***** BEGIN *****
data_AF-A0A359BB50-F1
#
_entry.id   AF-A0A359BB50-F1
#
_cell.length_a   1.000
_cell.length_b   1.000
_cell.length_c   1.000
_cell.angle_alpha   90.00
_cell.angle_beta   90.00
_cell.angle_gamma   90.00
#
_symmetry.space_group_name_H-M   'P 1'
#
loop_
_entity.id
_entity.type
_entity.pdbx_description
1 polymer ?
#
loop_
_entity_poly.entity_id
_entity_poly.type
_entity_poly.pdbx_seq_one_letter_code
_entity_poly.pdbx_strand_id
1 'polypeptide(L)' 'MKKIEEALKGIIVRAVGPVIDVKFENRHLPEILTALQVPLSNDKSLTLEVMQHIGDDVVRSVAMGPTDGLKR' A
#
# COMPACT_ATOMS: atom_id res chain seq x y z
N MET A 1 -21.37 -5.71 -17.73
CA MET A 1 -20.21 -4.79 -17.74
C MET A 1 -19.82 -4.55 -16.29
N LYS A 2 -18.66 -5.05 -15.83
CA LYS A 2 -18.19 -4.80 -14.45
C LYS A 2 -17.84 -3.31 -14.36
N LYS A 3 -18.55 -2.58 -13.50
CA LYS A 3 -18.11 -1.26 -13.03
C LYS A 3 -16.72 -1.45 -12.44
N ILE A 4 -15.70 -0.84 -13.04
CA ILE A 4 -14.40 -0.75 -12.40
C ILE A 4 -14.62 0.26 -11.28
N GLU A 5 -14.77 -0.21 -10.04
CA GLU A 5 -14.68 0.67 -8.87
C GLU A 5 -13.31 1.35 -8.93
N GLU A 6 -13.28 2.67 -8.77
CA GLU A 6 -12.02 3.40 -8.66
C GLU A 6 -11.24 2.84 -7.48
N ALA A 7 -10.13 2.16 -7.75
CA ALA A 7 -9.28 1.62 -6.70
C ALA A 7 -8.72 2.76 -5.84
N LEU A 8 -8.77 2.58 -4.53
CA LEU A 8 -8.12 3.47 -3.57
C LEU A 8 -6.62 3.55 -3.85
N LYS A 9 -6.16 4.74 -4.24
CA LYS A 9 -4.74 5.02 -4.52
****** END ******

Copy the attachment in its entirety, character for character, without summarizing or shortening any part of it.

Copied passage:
data_AF-A0A359BB50-F1
#
_entry.id   AF-A0A359BB50-F1
#
_cell.length_a   1.000
_cell.length_b   1.000
_cell.length_c   1.000
_cell.angle_alpha   90.00
_cell.angle_beta   90.00
_cell.angle_gamma   90.00
#
_symmetry.space_group_name_H-M   'P 1'
#
loop_
_entity.id
_entity.type
_entity.pdbx_description
1 polymer ?
#
loop_
_entity_poly.entity_id
_entity_poly.type
_entity_poly.pdbx_seq_one_letter_code
_entity_poly.pdbx_strand_id
1 'polypeptide(L)' 'MKKIEEALKGIIVRAVGPVIDVKFENRHLPEILTALQVPLSNDKSLTLEVMQHIGDDVVRSVAMGPTDGLKR' A
#
# COMPACT_ATOMS: atom_id res chain seq x y z
N MET A 1 -21.37 -5.71 -17.73
CA MET A 1 -20.21 -4.79 -17.74
C MET A 1 -19.82 -4.55 -16.29
N LYS A 2 -18.66 -5.05 -15.83
CA LYS A 2 -18.19 -4.80 -14.45
C LYS A 2 -17.84 -3.31 -14.36
N LYS A 3 -18.55 -2.58 -13.50
CA LYS A 3 -18.11 -1.26 -13.03
C LYS A 3 -16.72 -1.45 -12.44
N ILE A 4 -15.70 -0.84 -13.04
CA ILE A 4 -14.40 -0.75 -12.40
C ILE A 4 -14.62 0.26 -11.28
N GLU A 5 -14.77 -0.21 -10.04
CA GLU A 5 -14.68 0.67 -8.87
C GLU A 5 -13.31 1.35 -8.93
N GLU A 6 -13.28 2.67 -8.77
CA GLU A 6 -12.02 3.40 -8.66
C GLU A 6 -11.24 2.84 -7.48
N ALA A 7 -10.13 2.16 -7.75
CA ALA A 7 -9.28 1.62 -6.70
C ALA A 7 -8.72 2.76 -5.84
N LEU A 8 -8.77 2.58 -4.53
CA LEU A 8 -8.12 3.47 -3.57
C LEU A 8 -6.62 3.55 -3.85
N LYS A 9 -6.16 4.74 -4.24
CA LYS A 9 -4.74 5.02 -4.52